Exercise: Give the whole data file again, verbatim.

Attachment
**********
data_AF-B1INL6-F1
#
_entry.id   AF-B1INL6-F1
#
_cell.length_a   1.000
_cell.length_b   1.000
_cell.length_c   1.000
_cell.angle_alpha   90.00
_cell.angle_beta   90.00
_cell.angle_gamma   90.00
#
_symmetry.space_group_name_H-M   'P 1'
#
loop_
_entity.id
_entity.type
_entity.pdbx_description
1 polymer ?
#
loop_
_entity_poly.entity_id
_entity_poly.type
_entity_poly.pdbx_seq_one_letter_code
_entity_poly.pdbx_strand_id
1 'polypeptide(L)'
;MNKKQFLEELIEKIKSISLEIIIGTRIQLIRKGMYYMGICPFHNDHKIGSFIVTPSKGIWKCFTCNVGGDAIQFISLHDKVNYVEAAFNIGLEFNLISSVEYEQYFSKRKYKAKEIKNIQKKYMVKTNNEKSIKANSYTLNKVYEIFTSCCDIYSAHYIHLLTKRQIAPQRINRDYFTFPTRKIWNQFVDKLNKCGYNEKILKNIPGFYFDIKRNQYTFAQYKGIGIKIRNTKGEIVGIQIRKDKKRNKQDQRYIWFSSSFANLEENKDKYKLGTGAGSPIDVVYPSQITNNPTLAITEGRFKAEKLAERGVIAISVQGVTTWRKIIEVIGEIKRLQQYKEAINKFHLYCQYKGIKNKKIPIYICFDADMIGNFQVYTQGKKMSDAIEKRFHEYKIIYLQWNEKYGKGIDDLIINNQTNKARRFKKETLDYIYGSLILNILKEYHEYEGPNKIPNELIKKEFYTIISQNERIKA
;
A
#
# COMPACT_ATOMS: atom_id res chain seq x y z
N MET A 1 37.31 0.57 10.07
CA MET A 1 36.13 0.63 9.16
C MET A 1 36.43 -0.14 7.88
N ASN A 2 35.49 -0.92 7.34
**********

data_AF-B1INL6-F1
#
_entry.id   AF-B1INL6-F1
#
_cell.length_a   1.000
_cell.length_b   1.000
_cell.length_c   1.000
_cell.angle_alpha   90.00
_cell.angle_beta   90.00
_cell.angle_gamma   90.00
#
_symmetry.space_group_name_H-M   'P 1'
#
loop_
_entity.id
_entity.type
_entity.pdbx_description
1 polymer ?
#
loop_
_entity_poly.entity_id
_entity_poly.type
_entity_poly.pdbx_seq_one_letter_code
_entity_poly.pdbx_strand_id
1 'polypeptide(L)'
;MNKKQFLEELIEKIKSISLEIIIGTRIQLIRKGMYYMGICPFHNDHKIGSFIVTPSKGIWKCFTCNVGGDAIQFISLHDKVNYVEAAFNIGLEFNLISSVEYEQYFSKRKYKAKEIKNIQKKYMVKTNNEKSIKANSYTLNKVYEIFTSCCDIYSAHYIHLLTKRQIAPQRINRDYFTFPTRKIWNQFVDKLNKCGYNEKILKNIPGFYFDIKRNQYTFAQYKGIGIKIRNTKGEIVGIQIRKDKKRNKQDQRYIWFSSSFANLEENKDKYKLGTGAGSPIDVVYPSQITNNPTLAITEGRFKAEKLAERGVIAISVQGVTTWRKIIEVIGEIKRLQQYKEAINKFHLYCQYKGIKNKKIPIYICFDADMIGNFQVYTQGKKMSDAIEKRFHEYKIIYLQWNEKYGKGIDDLIINNQTNKARRFKKETLDYIYGSLILNILKEYHEYEGPNKIPNELIKKEFYTIISQNERIKA
;
A
#
# COMPACT_ATOMS: atom_id res chain seq x y z
N MET A 1 37.31 0.57 10.07
CA MET A 1 36.13 0.63 9.16
C MET A 1 36.43 -0.14 7.88
N ASN A 2 35.49 -0.92 7.34